Birdsell, Daniel T., Karra, Satish, and Rajaram, Harihar. Thu . "On the Representation of the Porosity-Pressure Relationship in General Subsurface Flow Codes". United States. doi:10.1002/2017WR022001. https://www.osti.gov/servlets/purl/1595657.
@article{osti_1595657,
title = {On the Representation of the Porosity-Pressure Relationship in General Subsurface Flow Codes},
author = {Birdsell, Daniel T. and Karra, Satish and Rajaram, Harihar},
abstractNote = {The governing equations for subsurface flow codes in a deformable porous media are derived from the balance of fluid mass and Darcy's equation. One class of these codes, which we call general subsurface flow codes (GSFs), allow for more general constitutive relations for material properties such as porosity, permeability and density. Examples of GSFs include PFLOTRAN, FEHM, TOUGH2, STOMP, and some reservoir simulators such as BOAST. Depending on the constitutive relations used in GSFs, an inconsistency arises between the standard groundwater flow equation and the governing equation of GSFs, and we clarify that the reason for this inconsistency is because the Darcy's equation used in the GSFs should account for the velocity of fluid with respect to solid. Due to lack of awareness of this inconsistency, users of the GSFs tend to use a porosity-pressure relationship that comes from the standard groundwater flow equation and assumes that the relative velocity is already accounted for. For the Theis problem, we show that using this traditional relationship in the GSFs leads to significantly large errors. In this work, we propose an alternate porosity-pressure relationship that is consistent with the derivation of the governing equations in the GSFs where the solid velocity is not tracked, and show that, with this relationship, the results are more accurate for the Theis problem. The purpose of this note is to make the users and developers of these GSFs aware of this inconsistency and to advocate that the alternate porosity model derived here should be incorporated in GSFs.},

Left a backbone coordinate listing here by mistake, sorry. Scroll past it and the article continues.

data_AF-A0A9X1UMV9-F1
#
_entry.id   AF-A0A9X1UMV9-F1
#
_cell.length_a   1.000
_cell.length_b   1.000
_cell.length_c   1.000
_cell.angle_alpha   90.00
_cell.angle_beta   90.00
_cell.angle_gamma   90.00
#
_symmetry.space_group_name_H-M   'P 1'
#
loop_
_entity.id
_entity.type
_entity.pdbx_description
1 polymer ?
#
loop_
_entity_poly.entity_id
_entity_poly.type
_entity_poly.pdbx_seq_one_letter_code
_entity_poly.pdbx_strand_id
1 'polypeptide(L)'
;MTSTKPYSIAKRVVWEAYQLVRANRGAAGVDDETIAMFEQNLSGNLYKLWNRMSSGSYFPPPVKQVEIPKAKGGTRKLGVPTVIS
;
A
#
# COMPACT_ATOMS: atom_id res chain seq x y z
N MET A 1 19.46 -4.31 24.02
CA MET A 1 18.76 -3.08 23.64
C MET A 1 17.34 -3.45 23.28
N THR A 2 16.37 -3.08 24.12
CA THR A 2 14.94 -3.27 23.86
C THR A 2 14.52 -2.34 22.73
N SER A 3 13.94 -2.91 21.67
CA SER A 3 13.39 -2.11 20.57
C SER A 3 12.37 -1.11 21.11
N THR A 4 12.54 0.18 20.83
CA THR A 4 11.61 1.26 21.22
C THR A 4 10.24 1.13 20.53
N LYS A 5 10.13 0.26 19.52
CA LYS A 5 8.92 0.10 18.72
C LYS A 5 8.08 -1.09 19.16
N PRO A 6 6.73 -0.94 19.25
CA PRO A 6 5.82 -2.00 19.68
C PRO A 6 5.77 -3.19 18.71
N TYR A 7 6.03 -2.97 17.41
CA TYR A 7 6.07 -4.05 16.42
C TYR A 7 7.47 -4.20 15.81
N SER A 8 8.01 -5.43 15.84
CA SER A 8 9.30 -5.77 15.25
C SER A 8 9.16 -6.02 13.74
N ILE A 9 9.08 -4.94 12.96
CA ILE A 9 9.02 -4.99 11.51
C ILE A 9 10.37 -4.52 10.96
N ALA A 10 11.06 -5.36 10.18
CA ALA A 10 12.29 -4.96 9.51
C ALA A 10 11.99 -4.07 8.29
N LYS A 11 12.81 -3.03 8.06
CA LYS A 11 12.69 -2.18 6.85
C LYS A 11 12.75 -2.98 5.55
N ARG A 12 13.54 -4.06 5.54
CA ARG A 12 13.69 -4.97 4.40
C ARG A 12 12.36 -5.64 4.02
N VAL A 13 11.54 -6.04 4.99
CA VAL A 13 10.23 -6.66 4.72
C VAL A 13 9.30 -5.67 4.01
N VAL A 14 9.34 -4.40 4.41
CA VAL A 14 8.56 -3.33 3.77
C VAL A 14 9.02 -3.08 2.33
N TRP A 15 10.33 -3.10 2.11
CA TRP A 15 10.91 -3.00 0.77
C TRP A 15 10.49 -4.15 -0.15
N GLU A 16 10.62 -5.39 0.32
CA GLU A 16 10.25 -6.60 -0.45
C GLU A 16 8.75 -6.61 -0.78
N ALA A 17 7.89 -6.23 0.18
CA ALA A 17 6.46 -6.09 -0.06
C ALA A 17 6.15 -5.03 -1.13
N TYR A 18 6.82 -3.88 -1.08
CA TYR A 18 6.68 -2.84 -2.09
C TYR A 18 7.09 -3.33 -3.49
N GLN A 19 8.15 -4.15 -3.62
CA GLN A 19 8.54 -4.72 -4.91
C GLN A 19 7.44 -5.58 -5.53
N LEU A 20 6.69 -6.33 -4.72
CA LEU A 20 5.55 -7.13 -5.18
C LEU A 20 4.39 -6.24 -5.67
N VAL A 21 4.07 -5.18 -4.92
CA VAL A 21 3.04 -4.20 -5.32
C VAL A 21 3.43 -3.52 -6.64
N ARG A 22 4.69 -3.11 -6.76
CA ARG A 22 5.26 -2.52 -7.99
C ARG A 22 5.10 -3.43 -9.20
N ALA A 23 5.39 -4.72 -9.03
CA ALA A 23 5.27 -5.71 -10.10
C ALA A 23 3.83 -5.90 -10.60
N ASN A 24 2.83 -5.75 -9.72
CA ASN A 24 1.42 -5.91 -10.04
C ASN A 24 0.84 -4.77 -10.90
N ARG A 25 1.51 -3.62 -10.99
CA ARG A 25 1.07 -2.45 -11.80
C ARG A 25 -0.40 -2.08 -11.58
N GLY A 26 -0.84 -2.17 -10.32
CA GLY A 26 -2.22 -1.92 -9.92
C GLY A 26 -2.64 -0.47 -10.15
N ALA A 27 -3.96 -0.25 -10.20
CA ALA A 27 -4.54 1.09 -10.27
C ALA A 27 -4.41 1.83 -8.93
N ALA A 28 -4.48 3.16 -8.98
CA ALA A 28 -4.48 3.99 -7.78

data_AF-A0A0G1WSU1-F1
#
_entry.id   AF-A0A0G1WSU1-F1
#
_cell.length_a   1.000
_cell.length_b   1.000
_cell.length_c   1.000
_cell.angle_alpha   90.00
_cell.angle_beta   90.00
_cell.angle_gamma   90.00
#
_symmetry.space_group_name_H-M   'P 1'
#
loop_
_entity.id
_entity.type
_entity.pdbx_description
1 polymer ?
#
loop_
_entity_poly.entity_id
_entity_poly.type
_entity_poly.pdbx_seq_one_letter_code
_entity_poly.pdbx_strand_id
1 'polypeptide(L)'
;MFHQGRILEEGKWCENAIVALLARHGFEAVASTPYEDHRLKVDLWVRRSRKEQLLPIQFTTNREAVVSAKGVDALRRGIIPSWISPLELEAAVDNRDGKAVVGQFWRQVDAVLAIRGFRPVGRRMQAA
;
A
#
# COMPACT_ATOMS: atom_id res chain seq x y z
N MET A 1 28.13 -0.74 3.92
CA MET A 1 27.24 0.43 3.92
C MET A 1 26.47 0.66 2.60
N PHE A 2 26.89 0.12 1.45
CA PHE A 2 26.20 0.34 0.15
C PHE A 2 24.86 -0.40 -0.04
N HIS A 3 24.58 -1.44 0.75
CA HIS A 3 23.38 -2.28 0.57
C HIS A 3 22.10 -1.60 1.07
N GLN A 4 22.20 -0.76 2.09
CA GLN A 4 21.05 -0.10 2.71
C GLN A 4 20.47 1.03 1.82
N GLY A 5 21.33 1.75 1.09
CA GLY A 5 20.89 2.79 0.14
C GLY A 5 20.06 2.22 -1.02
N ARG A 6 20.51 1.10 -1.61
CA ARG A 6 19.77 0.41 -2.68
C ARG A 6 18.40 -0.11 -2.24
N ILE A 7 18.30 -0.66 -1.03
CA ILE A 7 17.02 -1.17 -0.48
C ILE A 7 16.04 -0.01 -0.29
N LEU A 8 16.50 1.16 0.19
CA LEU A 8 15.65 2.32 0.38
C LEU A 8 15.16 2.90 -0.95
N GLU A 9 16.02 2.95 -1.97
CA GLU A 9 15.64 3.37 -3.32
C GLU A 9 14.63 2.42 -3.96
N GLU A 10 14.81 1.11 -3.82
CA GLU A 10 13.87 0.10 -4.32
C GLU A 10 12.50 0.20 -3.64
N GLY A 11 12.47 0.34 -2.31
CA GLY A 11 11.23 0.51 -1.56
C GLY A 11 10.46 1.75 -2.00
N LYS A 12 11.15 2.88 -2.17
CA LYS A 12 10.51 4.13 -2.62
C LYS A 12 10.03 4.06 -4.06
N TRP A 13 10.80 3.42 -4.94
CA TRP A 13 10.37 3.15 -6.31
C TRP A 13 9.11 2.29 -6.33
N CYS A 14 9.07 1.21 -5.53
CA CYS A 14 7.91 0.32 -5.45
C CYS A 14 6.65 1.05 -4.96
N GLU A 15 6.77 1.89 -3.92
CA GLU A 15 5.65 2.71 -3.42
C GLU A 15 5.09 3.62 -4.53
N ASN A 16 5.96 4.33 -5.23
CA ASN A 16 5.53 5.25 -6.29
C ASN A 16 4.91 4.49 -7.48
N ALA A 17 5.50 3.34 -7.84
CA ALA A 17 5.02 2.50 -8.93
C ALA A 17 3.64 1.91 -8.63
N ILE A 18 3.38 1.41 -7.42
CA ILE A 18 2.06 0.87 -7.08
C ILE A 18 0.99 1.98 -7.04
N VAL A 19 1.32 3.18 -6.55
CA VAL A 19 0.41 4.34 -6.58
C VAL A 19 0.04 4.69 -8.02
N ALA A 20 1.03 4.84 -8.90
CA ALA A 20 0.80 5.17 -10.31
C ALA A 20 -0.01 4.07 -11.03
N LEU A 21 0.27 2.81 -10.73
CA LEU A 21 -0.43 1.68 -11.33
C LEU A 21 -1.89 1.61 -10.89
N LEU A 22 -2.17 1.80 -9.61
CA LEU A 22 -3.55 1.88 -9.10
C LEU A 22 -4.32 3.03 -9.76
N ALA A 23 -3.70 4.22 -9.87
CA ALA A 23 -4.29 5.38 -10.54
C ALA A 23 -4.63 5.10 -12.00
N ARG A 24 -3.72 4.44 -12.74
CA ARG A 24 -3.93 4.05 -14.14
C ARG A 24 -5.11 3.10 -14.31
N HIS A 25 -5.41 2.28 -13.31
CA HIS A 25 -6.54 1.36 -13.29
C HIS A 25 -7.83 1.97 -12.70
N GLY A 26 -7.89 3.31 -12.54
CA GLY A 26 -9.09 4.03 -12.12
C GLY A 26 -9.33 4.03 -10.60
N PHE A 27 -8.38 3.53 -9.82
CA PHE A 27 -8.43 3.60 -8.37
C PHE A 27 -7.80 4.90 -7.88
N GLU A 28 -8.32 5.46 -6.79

doi = {10.1002/2017WR022001},
journal = {Water Resources Research},
number = 2,
volume = 54,
place = {United States},
year = {2018},
month = {1}
}

Journal Article:
Free Publicly Available Full Text
Publisher's Version of Record

Save / Share:

Works referenced in this record:

The relation between the lowering of the Piezometric surface and the rate and duration of discharge of a well using ground-water storage
journal, January 1935


Relationship between Horizontal Strain near a Well and Reverse Water Level Fluctuation
journal, December 1970


Estimating Hydraulic Parameters When Poroelastic Effects Are Significant
journal, January 2011


TOUGH2 User's Guide Version 2
report, November 1999

  • Pruess, K.; Oldenburg, C.M.; Moridis, G.J.
  • LBNL--43134
  • DOI: 10.2172/751729

On the flow of water in an elastic artesian aquifer
journal, January 1940


On Storage Coefficient and Vertical Strain
journal, May 2006


A note on the meaning of storage coefficient
journal, April 1980


Storage Coefficient Revisited: Is Purely Vertical Strain a Good Assumption?
journal, May 2001